They were a shot ahead of Blake Adams, with Ben Crane and Kevin Na another shot behind. The 11 players at 68 included Adam Scott, Matt Kuchar, Ben Curtis and FedEx champion Bill Haas. There were 27 players who shot in the 60s, and more than half the field broke par.

Woods was not among them. Not even close.

''I just didn't score,'' Woods said. ''It was frustrating in the sense that my good shots ended up in bad spots, and obviously, my bad shots ended up in worse spots.''

The conditions were ideal for scoring for those hitting it where they were aiming, and making their share of putts.

Adams ran off five straight birdies early in his round and kept the mistakes to a minimum. Na shot 30 on the back nine.

Sawgrass, though, punishes even the slightest mistakes.

Rory McIlroy, the world No. 1, was 2 under for his round until coming up just short of the island-green 17th and making double bogey. He wound up with a 72, while Phil Mickelson had a 71 in his first round after being inducted into the World Golf Hall of Fame. Lee Westwood had a 71, irritated only because of seven birdies on his card.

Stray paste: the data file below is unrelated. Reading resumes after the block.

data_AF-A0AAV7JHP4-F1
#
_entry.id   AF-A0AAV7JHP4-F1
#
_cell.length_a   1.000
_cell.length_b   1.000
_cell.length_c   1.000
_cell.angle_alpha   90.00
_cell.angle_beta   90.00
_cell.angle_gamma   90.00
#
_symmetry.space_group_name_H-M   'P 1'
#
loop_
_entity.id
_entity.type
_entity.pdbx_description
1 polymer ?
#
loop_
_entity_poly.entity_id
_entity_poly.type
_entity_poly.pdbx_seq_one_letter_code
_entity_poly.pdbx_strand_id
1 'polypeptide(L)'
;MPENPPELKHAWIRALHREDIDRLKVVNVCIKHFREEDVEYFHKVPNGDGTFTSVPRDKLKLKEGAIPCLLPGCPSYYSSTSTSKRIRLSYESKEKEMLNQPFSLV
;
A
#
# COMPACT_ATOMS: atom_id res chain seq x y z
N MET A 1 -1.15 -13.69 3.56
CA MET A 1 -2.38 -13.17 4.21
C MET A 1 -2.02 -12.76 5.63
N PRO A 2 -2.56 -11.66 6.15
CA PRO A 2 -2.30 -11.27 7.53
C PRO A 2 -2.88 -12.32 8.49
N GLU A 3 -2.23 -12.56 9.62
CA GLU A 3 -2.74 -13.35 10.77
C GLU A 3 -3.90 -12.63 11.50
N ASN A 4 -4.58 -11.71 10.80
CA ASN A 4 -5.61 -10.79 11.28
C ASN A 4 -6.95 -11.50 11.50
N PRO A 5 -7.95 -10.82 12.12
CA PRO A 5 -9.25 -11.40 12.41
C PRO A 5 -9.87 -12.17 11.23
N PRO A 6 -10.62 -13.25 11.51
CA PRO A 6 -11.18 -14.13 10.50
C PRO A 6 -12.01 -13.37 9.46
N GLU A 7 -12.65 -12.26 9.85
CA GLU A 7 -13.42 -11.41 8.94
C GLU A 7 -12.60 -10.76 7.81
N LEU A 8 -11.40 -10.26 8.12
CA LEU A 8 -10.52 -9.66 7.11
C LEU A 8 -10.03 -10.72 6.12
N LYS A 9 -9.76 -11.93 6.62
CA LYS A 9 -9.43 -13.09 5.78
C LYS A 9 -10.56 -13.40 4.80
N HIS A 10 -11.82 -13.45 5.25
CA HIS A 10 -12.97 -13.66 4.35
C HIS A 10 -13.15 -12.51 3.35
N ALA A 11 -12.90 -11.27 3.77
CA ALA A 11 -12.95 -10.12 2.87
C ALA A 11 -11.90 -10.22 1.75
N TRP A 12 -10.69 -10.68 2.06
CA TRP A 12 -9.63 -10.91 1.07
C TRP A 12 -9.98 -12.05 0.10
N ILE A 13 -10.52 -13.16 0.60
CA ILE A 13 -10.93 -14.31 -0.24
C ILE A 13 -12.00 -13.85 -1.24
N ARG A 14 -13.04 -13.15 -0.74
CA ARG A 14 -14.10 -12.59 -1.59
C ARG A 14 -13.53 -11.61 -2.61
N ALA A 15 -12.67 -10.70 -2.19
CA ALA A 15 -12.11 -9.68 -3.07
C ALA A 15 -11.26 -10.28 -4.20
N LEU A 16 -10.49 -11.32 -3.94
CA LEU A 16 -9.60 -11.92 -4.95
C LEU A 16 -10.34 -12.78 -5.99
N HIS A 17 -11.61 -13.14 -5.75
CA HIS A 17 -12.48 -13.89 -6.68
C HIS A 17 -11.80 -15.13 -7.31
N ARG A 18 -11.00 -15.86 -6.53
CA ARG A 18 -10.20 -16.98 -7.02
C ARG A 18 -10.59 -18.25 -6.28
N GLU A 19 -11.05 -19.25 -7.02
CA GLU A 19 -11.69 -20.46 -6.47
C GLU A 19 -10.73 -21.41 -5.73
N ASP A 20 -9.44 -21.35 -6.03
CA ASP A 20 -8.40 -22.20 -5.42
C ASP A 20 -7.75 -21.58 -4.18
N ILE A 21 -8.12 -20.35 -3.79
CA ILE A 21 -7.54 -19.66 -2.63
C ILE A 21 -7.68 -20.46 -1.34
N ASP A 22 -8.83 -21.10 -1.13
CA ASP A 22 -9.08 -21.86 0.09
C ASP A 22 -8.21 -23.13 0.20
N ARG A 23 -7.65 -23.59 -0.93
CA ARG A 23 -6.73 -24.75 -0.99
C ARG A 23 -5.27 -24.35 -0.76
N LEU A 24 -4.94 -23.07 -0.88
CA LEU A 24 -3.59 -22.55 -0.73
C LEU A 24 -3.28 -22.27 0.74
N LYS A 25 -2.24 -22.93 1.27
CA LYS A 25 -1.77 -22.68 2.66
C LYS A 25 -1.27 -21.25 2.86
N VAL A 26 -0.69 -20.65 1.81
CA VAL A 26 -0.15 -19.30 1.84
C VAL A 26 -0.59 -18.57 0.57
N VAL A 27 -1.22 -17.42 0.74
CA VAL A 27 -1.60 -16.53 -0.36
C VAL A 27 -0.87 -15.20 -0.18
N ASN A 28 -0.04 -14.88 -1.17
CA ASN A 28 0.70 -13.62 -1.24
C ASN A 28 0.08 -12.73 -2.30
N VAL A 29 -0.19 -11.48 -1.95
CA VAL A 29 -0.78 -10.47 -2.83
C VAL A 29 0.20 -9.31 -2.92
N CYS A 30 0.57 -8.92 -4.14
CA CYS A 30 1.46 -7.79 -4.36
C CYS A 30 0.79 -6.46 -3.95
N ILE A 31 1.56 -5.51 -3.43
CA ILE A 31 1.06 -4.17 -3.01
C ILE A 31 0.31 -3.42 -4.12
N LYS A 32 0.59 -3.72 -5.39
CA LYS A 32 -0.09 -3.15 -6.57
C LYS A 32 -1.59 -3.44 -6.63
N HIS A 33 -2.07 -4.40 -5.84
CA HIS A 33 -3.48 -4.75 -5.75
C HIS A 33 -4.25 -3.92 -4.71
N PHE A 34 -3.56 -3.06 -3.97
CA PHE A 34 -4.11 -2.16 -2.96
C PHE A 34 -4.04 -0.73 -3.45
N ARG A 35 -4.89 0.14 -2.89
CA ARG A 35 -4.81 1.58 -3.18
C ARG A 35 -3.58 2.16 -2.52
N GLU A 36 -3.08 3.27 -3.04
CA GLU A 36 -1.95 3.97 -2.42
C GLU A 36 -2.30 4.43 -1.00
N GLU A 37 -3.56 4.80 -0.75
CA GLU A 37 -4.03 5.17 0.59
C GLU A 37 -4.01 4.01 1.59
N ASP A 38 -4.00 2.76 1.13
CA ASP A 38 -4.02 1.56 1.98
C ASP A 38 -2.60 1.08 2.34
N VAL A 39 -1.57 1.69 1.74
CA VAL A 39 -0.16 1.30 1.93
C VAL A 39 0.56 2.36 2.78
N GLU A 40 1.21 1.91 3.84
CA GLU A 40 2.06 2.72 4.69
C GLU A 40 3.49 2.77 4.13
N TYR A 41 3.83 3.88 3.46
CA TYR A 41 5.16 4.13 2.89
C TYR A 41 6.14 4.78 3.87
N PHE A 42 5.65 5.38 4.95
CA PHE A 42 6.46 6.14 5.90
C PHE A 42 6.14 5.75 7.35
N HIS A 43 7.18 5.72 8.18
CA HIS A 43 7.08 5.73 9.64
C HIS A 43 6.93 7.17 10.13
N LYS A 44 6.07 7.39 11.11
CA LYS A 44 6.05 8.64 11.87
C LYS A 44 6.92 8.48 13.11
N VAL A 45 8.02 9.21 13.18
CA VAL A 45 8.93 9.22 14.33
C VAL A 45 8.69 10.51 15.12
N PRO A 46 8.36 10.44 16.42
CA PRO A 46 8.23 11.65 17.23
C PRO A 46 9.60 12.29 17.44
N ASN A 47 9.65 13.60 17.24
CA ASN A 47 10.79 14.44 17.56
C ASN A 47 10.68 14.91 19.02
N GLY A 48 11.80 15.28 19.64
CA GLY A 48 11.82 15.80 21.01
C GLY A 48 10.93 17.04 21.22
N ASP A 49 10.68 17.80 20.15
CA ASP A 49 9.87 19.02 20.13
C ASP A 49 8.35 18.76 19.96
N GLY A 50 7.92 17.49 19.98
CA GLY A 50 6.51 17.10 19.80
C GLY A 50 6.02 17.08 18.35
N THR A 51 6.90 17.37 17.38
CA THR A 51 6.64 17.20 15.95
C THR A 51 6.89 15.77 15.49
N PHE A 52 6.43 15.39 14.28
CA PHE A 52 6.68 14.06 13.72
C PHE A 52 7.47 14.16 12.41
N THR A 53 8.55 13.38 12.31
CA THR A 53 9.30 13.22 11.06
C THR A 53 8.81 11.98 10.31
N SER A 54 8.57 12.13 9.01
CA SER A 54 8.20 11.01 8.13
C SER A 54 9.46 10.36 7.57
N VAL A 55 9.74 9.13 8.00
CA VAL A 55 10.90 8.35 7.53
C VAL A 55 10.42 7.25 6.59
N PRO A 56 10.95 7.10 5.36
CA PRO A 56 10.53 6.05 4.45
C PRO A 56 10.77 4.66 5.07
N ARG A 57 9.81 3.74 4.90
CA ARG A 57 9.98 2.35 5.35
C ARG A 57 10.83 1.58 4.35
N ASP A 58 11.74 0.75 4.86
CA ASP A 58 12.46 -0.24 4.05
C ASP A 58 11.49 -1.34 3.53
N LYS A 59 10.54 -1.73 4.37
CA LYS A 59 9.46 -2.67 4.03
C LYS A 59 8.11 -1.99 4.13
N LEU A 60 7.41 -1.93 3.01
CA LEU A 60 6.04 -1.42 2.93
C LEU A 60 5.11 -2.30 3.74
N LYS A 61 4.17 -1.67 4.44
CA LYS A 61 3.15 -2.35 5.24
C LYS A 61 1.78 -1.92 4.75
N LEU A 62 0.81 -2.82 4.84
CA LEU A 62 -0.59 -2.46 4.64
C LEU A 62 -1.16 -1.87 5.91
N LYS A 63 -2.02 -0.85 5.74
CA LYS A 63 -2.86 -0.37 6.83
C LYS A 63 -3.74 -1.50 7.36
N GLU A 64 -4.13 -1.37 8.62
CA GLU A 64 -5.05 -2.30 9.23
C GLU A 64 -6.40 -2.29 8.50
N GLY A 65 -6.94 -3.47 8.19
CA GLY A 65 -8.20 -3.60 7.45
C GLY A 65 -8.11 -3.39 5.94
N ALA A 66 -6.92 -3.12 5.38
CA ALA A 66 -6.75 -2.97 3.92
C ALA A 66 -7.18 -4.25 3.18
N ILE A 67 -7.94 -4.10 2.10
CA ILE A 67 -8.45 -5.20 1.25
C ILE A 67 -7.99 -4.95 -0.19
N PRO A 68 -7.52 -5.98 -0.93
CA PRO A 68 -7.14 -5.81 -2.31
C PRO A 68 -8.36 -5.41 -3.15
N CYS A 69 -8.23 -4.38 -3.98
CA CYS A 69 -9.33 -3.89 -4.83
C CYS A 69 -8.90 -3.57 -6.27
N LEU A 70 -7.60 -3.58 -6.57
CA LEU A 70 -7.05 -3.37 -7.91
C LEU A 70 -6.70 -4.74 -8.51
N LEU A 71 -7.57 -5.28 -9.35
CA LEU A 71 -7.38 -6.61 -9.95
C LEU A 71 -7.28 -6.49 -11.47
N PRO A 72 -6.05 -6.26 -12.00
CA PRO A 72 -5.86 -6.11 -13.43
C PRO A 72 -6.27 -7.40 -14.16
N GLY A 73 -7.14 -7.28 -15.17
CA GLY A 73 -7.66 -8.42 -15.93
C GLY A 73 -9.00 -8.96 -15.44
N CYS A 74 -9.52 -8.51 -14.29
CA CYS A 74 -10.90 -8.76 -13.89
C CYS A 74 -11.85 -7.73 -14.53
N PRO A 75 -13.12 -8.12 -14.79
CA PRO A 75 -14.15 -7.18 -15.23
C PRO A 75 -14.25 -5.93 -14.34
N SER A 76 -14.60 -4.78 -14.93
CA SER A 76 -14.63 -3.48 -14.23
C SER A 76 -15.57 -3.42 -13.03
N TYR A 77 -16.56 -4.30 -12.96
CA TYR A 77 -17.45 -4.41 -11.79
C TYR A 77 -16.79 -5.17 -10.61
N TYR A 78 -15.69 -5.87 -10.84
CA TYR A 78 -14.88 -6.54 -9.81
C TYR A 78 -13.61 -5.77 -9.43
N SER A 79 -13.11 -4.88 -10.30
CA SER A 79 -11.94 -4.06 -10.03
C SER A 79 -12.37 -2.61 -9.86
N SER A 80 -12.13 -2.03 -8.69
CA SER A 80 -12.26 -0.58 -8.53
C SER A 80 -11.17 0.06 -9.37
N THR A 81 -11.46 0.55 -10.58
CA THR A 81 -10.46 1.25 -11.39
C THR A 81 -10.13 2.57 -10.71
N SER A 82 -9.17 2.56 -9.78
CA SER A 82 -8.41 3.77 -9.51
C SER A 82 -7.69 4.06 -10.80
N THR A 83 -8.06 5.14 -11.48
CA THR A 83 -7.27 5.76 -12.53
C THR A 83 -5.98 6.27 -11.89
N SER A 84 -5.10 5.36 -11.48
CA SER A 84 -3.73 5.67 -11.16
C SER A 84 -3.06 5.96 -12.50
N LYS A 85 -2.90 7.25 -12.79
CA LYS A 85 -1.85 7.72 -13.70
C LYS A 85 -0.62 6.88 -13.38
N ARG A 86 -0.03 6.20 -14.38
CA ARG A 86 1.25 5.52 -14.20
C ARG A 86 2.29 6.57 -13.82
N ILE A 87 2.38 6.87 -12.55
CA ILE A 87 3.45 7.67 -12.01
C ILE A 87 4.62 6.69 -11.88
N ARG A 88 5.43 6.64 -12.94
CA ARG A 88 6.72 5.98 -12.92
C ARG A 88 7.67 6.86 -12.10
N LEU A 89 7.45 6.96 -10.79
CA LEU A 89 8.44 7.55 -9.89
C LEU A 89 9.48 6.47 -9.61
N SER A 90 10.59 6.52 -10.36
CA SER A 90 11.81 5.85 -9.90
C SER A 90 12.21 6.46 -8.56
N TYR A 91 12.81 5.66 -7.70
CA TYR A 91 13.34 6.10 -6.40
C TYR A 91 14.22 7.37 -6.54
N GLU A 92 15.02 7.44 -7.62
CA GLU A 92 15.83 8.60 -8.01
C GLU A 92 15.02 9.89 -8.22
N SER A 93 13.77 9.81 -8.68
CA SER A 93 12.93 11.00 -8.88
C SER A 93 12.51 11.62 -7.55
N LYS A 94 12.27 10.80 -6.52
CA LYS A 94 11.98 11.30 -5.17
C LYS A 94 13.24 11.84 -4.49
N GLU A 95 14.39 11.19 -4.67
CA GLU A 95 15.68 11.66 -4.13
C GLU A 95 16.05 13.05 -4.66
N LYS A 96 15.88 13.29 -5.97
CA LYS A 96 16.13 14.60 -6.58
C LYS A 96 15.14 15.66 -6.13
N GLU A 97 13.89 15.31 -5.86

Poulter's new home looks more like a hotel, and it took about as long to build. It became such a headache for him that when asked to go over the problems he had with contractors, Poulter looked at his watch and said, ''How long you got?''

With that out of the way, his mind was free for golf, on a course that seems to suit him well. He was runner-up three years ago, four shots behind Henrik Stenson. But Poulter found the right recipe on a sunny, warm day at Sawgrass. His birdie putts on the par 5s were all within about 5 feet. When he started missing greens on the back nine, he chipped close for par. He hit 9-iron to a front pin on the island-green 17th to about 10 feet for birdie, then made it through the 18th without drama.

''I played really solid today and holed the right putts at the right times,'' Poulter said. ''I feel like I'm back to normal, and I feel like I'm out there playing the golf I feel I should be playing.''

Adams is playing this event for only the second time – he missed the cut last year with rounds of 72-76 – and hasn't been getting much out of his game this year. He told his caddie and coach that it was time to stop trying to hit the perfect shots and enjoy himself, and a 66 left him thrilled.

''I was just trying to make every putt,'' he said about his run of birdies.